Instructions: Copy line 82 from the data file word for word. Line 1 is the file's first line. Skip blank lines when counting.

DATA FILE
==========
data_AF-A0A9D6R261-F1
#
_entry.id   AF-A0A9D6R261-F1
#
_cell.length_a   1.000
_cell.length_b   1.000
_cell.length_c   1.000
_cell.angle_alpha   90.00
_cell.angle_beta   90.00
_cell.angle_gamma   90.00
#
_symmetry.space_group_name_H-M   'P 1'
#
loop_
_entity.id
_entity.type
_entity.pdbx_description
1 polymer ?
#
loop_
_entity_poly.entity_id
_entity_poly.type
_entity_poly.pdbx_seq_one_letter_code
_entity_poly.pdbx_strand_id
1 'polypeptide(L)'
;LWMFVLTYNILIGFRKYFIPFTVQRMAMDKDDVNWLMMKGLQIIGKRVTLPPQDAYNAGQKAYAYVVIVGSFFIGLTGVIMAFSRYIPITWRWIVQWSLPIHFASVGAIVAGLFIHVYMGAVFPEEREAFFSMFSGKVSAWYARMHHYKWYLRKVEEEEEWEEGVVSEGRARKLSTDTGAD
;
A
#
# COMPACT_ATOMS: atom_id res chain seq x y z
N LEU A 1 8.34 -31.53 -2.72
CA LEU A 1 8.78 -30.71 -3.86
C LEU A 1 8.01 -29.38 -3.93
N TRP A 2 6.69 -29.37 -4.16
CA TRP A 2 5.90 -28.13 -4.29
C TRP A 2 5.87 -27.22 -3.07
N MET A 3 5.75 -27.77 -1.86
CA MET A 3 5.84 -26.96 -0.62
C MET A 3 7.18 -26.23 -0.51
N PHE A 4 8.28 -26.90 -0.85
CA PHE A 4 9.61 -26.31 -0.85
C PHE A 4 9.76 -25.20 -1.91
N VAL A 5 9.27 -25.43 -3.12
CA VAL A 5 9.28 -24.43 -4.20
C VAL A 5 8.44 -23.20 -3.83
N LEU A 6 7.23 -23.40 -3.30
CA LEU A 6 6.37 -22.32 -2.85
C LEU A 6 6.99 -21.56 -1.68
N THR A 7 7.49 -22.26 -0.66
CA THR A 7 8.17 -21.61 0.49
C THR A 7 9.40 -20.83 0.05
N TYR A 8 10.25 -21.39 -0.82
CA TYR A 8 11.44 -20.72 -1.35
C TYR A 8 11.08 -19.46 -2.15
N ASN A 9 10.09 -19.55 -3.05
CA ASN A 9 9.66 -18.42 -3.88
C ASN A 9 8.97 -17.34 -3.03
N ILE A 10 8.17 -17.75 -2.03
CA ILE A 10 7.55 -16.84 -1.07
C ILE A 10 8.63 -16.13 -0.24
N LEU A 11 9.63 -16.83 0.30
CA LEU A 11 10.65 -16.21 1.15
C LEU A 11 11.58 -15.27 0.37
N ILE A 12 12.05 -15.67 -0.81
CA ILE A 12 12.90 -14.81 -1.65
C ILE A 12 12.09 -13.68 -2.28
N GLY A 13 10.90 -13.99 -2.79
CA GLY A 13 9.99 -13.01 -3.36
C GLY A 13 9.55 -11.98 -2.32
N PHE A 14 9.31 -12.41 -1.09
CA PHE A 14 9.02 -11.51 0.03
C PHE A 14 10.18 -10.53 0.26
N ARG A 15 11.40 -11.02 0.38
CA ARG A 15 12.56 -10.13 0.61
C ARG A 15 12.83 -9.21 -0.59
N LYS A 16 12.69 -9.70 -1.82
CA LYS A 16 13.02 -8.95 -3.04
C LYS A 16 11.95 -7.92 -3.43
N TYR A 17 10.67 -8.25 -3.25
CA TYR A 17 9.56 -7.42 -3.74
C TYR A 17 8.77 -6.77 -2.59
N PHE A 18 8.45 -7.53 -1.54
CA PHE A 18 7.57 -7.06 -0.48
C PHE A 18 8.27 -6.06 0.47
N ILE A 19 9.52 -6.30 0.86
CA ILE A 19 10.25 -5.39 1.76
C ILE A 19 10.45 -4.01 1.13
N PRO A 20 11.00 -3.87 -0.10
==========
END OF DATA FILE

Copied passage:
N PHE A 18 8.45 -7.53 -1.54